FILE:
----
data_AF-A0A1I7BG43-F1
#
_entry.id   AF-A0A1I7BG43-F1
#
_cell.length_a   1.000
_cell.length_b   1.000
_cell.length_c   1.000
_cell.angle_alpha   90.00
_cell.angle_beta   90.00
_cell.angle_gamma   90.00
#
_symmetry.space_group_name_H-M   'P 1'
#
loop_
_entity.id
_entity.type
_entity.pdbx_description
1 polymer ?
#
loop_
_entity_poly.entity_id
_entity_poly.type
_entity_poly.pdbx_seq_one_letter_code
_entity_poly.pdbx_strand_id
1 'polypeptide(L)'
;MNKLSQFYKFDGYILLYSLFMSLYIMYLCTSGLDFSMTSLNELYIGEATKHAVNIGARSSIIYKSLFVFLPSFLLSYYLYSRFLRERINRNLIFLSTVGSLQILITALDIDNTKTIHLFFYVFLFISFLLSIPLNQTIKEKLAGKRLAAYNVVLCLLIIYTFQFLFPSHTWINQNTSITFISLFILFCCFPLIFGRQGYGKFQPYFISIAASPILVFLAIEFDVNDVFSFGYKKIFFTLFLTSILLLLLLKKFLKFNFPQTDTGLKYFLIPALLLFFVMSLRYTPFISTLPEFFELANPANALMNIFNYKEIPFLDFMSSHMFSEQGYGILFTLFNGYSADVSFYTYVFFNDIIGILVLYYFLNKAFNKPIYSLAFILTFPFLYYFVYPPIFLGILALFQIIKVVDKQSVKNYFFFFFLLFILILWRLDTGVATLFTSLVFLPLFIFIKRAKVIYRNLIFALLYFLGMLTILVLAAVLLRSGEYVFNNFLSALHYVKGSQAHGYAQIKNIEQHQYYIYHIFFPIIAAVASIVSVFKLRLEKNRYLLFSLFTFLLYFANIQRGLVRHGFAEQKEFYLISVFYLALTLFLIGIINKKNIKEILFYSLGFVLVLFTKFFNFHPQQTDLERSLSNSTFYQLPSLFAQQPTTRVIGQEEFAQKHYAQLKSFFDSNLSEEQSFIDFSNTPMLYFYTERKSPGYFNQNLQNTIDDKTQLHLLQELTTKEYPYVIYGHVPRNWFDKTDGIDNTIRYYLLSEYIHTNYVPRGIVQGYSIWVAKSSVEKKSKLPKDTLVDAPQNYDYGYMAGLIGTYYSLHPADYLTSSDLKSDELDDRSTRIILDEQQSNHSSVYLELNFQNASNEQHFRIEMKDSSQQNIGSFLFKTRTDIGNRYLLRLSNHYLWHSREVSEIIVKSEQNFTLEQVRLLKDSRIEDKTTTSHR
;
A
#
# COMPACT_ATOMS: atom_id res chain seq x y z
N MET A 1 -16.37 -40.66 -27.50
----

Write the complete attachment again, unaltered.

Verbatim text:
data_AF-A0A1I7BG43-F1
#
_entry.id   AF-A0A1I7BG43-F1
#
_cell.length_a   1.000
_cell.length_b   1.000
_cell.length_c   1.000
_cell.angle_alpha   90.00
_cell.angle_beta   90.00
_cell.angle_gamma   90.00
#
_symmetry.space_group_name_H-M   'P 1'
#
loop_
_entity.id
_entity.type
_entity.pdbx_description
1 polymer ?
#
loop_
_entity_poly.entity_id
_entity_poly.type
_entity_poly.pdbx_seq_one_letter_code
_entity_poly.pdbx_strand_id
1 'polypeptide(L)'
;MNKLSQFYKFDGYILLYSLFMSLYIMYLCTSGLDFSMTSLNELYIGEATKHAVNIGARSSIIYKSLFVFLPSFLLSYYLYSRFLRERINRNLIFLSTVGSLQILITALDIDNTKTIHLFFYVFLFISFLLSIPLNQTIKEKLAGKRLAAYNVVLCLLIIYTFQFLFPSHTWINQNTSITFISLFILFCCFPLIFGRQGYGKFQPYFISIAASPILVFLAIEFDVNDVFSFGYKKIFFTLFLTSILLLLLLKKFLKFNFPQTDTGLKYFLIPALLLFFVMSLRYTPFISTLPEFFELANPANALMNIFNYKEIPFLDFMSSHMFSEQGYGILFTLFNGYSADVSFYTYVFFNDIIGILVLYYFLNKAFNKPIYSLAFILTFPFLYYFVYPPIFLGILALFQIIKVVDKQSVKNYFFFFFLLFILILWRLDTGVATLFTSLVFLPLFIFIKRAKVIYRNLIFALLYFLGMLTILVLAAVLLRSGEYVFNNFLSALHYVKGSQAHGYAQIKNIEQHQYYIYHIFFPIIAAVASIVSVFKLRLEKNRYLLFSLFTFLLYFANIQRGLVRHGFAEQKEFYLISVFYLALTLFLIGIINKKNIKEILFYSLGFVLVLFTKFFNFHPQQTDLERSLSNSTFYQLPSLFAQQPTTRVIGQEEFAQKHYAQLKSFFDSNLSEEQSFIDFSNTPMLYFYTERKSPGYFNQNLQNTIDDKTQLHLLQELTTKEYPYVIYGHVPRNWFDKTDGIDNTIRYYLLSEYIHTNYVPRGIVQGYSIWVAKSSVEKKSKLPKDTLVDAPQNYDYGYMAGLIGTYYSLHPADYLTSSDLKSDELDDRSTRIILDEQQSNHSSVYLELNFQNASNEQHFRIEMKDSSQQNIGSFLFKTRTDIGNRYLLRLSNHYLWHSREVSEIIVKSEQNFTLEQVRLLKDSRIEDKTTTSHR
;
A
#
# COMPACT_ATOMS: atom_id res chain seq x y z
N MET A 1 -16.37 -40.66 -27.50